As I’m sitting here writing and listening to some of my favorite tunes, I’m thinking about all of the new things I’ve adapted to in China. The list is so great that a blog couldn’t cover it. Just think of normal life, reverse it to the opposite, and there you have life in China. I think the only things I can say are familiar are within the confines of my apartment. Once I walk through my front door to the outside world, familiarity is thrown completely out the window.
I can’t help but think of the things I want to do when I get home. Obviously the first things on my list are to spoil the heck out of my puppy, go back to the beautiful blonde me and to find out my job, car and home situation. Once those priorities are settled, these five aspects of life stand out to me most as changes I want to make to really prove to myself that I’ve learned something during my time as an expat.
Closer to God
I can safely say I’ve never felt or been closer to God as I do here in China. I know He put me here for a reason, and that may simply be THE reason. I pray every day—I have to, or I’d go insane. I’m lonely and right now the good old holy spirit is my best friend. I read a scripture from my 100-day bible app. I try to meditate and clear my mind of all worry, which is a very tough feat. I’ve let my church going ways of childhood slip as I’ve gotten older, and I don’t think that’s helped me ground myself in any way, shape or form. When I come home I hope to get more into a church going routine and to be more involved in my church where I can be.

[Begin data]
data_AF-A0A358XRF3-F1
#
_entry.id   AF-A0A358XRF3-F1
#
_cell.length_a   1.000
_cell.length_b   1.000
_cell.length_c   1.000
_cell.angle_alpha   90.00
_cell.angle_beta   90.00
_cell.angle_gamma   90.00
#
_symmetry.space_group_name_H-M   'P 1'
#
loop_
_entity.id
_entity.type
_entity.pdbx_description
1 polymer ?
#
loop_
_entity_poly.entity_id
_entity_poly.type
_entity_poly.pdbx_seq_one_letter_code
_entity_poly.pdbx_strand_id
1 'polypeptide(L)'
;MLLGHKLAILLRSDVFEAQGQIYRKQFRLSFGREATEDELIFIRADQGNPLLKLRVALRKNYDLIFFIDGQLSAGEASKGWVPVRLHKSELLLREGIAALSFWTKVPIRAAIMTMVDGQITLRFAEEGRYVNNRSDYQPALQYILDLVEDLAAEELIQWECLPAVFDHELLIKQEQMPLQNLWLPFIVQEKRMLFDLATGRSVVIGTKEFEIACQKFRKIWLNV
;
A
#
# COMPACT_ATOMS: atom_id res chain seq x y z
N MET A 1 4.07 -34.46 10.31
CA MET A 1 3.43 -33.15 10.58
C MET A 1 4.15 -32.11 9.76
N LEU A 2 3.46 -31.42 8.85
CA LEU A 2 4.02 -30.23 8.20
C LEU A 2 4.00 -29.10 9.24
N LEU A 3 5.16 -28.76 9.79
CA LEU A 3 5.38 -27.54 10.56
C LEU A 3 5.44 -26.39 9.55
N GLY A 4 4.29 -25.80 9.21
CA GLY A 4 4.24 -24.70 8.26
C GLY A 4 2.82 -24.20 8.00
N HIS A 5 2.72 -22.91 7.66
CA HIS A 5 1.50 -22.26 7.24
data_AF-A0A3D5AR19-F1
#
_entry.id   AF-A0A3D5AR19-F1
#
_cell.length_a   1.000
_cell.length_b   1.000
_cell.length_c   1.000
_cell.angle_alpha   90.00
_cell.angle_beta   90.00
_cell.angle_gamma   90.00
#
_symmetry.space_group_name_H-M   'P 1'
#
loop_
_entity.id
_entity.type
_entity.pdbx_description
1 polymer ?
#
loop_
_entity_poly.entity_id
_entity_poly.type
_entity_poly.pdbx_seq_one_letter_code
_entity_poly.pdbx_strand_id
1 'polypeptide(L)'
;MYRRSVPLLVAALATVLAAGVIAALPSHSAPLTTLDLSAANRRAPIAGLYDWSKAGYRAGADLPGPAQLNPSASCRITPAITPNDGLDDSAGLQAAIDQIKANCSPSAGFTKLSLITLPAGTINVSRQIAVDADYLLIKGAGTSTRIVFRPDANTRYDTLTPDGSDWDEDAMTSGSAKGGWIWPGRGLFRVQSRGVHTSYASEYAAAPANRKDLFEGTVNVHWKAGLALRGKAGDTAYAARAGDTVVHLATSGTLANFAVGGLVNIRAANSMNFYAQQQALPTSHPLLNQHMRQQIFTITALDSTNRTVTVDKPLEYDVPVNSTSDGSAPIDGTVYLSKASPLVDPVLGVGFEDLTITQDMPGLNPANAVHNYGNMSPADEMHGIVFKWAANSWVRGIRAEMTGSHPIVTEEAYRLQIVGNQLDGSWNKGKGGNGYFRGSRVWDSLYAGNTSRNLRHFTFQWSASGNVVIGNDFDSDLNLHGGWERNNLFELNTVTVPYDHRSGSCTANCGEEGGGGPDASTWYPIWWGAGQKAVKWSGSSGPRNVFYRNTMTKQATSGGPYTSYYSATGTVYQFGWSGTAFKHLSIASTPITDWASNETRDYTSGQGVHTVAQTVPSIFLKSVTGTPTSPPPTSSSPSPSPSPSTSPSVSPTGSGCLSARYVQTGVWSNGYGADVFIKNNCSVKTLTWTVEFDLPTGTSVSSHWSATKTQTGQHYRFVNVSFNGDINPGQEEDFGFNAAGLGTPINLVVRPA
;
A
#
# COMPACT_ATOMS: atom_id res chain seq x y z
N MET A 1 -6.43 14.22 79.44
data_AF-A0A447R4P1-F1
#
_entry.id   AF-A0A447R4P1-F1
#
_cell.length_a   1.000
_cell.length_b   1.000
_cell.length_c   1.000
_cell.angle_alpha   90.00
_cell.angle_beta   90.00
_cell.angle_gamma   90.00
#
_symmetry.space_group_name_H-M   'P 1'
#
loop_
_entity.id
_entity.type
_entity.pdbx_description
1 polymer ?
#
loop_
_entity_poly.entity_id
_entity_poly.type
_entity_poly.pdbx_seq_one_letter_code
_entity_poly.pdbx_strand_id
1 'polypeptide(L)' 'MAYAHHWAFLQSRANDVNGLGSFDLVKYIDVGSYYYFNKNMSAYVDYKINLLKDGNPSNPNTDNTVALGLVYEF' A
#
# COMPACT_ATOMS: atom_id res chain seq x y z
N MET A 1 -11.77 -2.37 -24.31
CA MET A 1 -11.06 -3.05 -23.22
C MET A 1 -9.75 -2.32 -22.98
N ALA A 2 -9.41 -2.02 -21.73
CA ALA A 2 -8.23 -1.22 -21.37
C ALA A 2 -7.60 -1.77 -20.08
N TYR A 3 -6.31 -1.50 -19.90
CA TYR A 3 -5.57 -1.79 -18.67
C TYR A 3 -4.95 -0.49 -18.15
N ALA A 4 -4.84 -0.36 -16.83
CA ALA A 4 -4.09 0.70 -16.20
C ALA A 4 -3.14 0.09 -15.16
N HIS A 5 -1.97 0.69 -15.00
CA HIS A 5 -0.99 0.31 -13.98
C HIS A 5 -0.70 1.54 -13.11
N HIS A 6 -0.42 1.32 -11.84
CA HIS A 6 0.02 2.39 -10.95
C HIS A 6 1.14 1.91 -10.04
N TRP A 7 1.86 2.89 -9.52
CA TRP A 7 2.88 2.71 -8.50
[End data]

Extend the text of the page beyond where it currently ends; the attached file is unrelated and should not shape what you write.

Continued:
Every year I say I’m going to cook more. I have this new body now, and I want to keep it and not scarf down McDonald’s and Jack in the Box every day. It’s more for convenience than anything, but saying that I have no time when I’m sitting on the couch all day and vegging out is just an excuse to not try something new. I’m not saying I’m going to be the next great baker, but I’d like to at least try some healthier options when I come home and enjoy cooking more instead of it being a unhealthy last-minute chore. I’d also like to invite people over to dinner more often as guinea pigs.
Stay True to My Accept All Invitations Promise
I made a promise to myself that when this was all over that I was going to say yes to every direct invitation I got for one year. Yes, I’ll probably be broke and really tired, but I think it will open some great doors in life that I’d never have laying on the couch.
Less Drink, More Yoga
I drank a LOT before I came to China, I’m the first to admit it. But honestly, it was more out of boredom than anything. In turn I would say that I couldn’t afford yoga classes, then go out and spend more time and almost as much money drinking. I know I’m not going to become sober by any means, nor do I have any desire to do so, but I hope to shift my time and money into more of the yoga practice I’m going to learn in Bali. I need a stress release, and I firmly believe yoga is the next chapter in that book.
Become a Normal Person Again
A part of my retreat process in Bali will be both inner and outer stress release, anger release and forgiveness. Even if I weren’t going on this retreat, I need to find a way to let go of some anger and regret I have from some things that have happened over the past couple of years. I’m already beginning the process, in fact. I have to let go of being angry at a certain few, and most of all, I need to let go of being angry at myself. It’s tough, and I know it’s a long road ahead. It’s a necessary road if I’m ever going to heal wounds and have the life that I so richly want and know I deserve. This includes mending relationships that I feel are worth mending and letting go of toxic ones for good.